Nationwide Building Society warns over cooling house prices: start date for new Scots-born boss
The society, which ranks as the second-biggest mortgage lender in the UK after Bank of Scotland-owner Lloyds Banking Group, said that while some house prices have been increasing at double-digit rates so far this year, they could start easing.
Publishing its annual results, the society noted: “Higher property prices and interest rates, together with steep increases in the cost of living, mean housing has become less affordable and we expect housing market activity to slow and the rate of house price growth to moderate in the coming quarters.
“There is a risk of a downward movement in house prices, given the pressure on household budgets.”
Inflation hit a 40-year high of 9 per cent in the year to April, with predictions that it will head into double-digit territory over the summer. While unemployment remains low, this is still squeezing household budgets hard.
Nationwide chairman Kevin Parry said: “We will continue to plan for geopolitical risks and economic pressures arising directly and indirectly from the war in Ukraine, notably the rising energy bills and inflation, which are intensifying pressure on household budgets, which are already under strain.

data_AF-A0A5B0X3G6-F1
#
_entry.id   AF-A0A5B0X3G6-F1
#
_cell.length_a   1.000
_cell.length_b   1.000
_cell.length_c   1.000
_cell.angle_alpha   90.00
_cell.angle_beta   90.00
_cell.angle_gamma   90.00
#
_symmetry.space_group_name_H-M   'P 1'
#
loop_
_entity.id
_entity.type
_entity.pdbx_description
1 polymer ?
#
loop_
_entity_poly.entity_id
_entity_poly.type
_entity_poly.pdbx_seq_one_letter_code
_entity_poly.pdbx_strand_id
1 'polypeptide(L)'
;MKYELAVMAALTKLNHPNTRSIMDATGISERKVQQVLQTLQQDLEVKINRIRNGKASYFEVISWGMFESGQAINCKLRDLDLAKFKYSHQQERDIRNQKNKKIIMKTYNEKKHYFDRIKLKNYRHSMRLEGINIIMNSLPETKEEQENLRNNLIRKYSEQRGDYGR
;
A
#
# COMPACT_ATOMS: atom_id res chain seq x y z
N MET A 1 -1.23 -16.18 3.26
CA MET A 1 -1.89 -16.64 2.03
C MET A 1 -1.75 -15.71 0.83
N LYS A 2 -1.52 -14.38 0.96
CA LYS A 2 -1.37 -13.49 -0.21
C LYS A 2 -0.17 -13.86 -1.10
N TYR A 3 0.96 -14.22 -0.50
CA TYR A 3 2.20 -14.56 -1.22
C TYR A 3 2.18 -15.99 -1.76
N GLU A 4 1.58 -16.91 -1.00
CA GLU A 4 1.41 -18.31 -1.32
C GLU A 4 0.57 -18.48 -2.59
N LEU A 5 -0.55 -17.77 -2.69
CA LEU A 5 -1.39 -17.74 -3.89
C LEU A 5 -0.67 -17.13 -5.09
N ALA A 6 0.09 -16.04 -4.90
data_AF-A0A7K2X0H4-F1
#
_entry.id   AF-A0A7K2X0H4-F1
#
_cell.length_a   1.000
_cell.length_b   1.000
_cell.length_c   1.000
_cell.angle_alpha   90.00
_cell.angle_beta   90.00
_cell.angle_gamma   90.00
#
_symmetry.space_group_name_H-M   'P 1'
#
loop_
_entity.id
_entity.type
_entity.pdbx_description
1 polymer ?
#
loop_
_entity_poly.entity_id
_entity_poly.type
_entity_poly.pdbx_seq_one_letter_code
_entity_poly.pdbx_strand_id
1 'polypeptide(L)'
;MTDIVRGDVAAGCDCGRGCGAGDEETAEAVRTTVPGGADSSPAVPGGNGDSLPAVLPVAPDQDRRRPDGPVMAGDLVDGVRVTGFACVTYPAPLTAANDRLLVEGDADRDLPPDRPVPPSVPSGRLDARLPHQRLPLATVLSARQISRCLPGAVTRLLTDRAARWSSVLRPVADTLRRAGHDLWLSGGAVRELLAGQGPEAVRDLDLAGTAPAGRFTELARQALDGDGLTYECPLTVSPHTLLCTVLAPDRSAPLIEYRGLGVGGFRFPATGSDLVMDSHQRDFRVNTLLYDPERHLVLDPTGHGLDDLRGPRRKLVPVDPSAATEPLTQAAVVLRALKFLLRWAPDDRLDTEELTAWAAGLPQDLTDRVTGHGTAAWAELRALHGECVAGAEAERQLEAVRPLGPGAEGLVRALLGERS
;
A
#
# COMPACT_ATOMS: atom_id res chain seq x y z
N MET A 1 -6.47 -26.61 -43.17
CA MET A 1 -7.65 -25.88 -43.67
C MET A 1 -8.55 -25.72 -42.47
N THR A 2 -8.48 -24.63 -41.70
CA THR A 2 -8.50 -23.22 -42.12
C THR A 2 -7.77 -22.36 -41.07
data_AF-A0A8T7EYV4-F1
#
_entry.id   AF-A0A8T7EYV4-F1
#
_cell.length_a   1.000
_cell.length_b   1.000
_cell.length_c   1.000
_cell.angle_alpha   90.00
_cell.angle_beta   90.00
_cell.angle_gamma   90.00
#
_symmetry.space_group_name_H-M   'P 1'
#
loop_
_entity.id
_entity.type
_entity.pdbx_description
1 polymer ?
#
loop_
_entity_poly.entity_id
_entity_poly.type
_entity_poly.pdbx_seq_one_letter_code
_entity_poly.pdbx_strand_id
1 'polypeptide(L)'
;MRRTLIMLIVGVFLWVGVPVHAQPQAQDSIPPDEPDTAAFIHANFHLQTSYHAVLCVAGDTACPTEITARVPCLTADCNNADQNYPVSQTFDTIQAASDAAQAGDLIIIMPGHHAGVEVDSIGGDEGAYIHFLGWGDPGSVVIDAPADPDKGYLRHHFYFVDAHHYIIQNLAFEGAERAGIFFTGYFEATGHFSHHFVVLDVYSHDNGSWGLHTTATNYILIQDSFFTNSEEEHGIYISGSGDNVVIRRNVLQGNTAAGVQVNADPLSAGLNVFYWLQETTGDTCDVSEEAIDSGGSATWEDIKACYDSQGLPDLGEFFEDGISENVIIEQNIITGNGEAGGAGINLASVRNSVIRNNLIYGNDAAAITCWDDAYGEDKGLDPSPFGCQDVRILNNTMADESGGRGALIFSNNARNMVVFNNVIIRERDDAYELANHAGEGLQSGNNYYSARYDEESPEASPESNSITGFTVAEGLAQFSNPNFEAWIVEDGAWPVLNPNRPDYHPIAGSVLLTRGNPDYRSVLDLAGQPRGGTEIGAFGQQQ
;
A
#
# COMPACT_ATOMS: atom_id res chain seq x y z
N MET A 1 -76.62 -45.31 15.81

“Given our financial strength, we are well-positioned to manage these impacts, as well as to evolve our services to meet our members’ changing needs,” he added.
The lender, which rescued the Dunfermline Building Society during the financial crisis, said that it had nearly doubled its underlying profit to £1.6 billion in the year to April 4.
Mortgage lending grew by £6.9bn due to low interest rates and strong housing market. Bosses said the society had helped more than 87,000 first-time buyers into homes.
The group also announced that Scots-born chief executive Debbie Crosbie, who was revealed as the new boss in December, will start the role on June 2, succeeding Joe Garner. Crosbie had been the chief executive of TSB.
The change at the top comes after the announcement in September that after nearly six years in the role, Garner intended to stand down from the board.
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